# Walsh's Outlier Test

Walsh's test can be used to detect multiple outliers in a data set that is not required to be normally distributed. This test will detect outliers that are both much smaller and much larger than the rest of the data.

Although Walsh's test does not require that the data be normally distributed, it requires at least 60 samples to be performed at a significance level of $$\alpha$$=0.10, and at least 220 samples to be performed at a significance level of $$\alpha$$=0.05.

## Performing Walsh's Test

VSP performs Walsh's Test as described in section 4.4.6 of the EPA's QA/G-9S documents (EPA). The $$n$$ observed values are ordered from smallest to largest. We specify the maximum number of suspected outliers $$k$$ and compute the following values:

$$c = ceiling(\sqrt{2n})$$

$$r = k + c$$

$$b^2 = \frac{1}{\alpha}$$

$$a = \frac{1 + b \sqrt{\frac{(c-b^2)}{c-1}}}{c-b^2-1}$$

where $$\alpha$$=0.10 for 60  $$< n \leq$$  220, and $$\alpha$$ = 0.05 for $$n >$$  220, and ceiling ( ) indicates rounding the value to the next largest integer.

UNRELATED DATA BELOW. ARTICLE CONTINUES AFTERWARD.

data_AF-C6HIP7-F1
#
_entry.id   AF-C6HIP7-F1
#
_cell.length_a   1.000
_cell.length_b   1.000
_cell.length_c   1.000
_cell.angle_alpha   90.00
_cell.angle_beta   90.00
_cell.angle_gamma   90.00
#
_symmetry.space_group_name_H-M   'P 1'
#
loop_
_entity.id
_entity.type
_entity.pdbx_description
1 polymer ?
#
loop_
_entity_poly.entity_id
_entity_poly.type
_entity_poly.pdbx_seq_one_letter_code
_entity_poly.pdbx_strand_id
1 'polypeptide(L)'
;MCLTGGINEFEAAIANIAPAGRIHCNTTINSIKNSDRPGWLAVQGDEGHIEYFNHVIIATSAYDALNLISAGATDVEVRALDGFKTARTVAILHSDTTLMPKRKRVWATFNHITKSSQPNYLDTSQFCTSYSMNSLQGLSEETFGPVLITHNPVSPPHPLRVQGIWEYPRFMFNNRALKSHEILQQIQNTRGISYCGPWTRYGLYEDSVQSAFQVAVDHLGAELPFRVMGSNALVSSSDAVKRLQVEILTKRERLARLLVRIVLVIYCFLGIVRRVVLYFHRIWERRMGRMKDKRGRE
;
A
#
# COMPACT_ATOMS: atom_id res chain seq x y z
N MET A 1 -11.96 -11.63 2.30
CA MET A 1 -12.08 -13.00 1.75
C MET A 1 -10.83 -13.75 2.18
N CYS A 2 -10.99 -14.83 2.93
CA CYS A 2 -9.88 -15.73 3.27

If the following equation holds:

$$X_{(k)}-(1+a)X_{(k+1)}+aX_{(r)} < 0$$

then the $$k$$ smallest points are outliers with an $$\alpha$$ level of significance.

The $$k$$ largest points are outliers with an $$\alpha$$ level of significance if

$$X_{(n+1-k)}-(1+a)X_{(n-k)}+aX_{(n+1-r)} > 0$$ .

If both of the inequalities are true, then the test concludes that both the $$k$$ smallest and the $$k$$ largest points are outliers, with a significance level of $$\alpha$$.

## References:

EPA. 2006. Data Quality Assessment: Statistical Methods for Practitioners. EPA QA/G-9S, EPA/240/B-06/003, U.S. Environmental Protection Agency, Office of Environmental Information, Washington DC.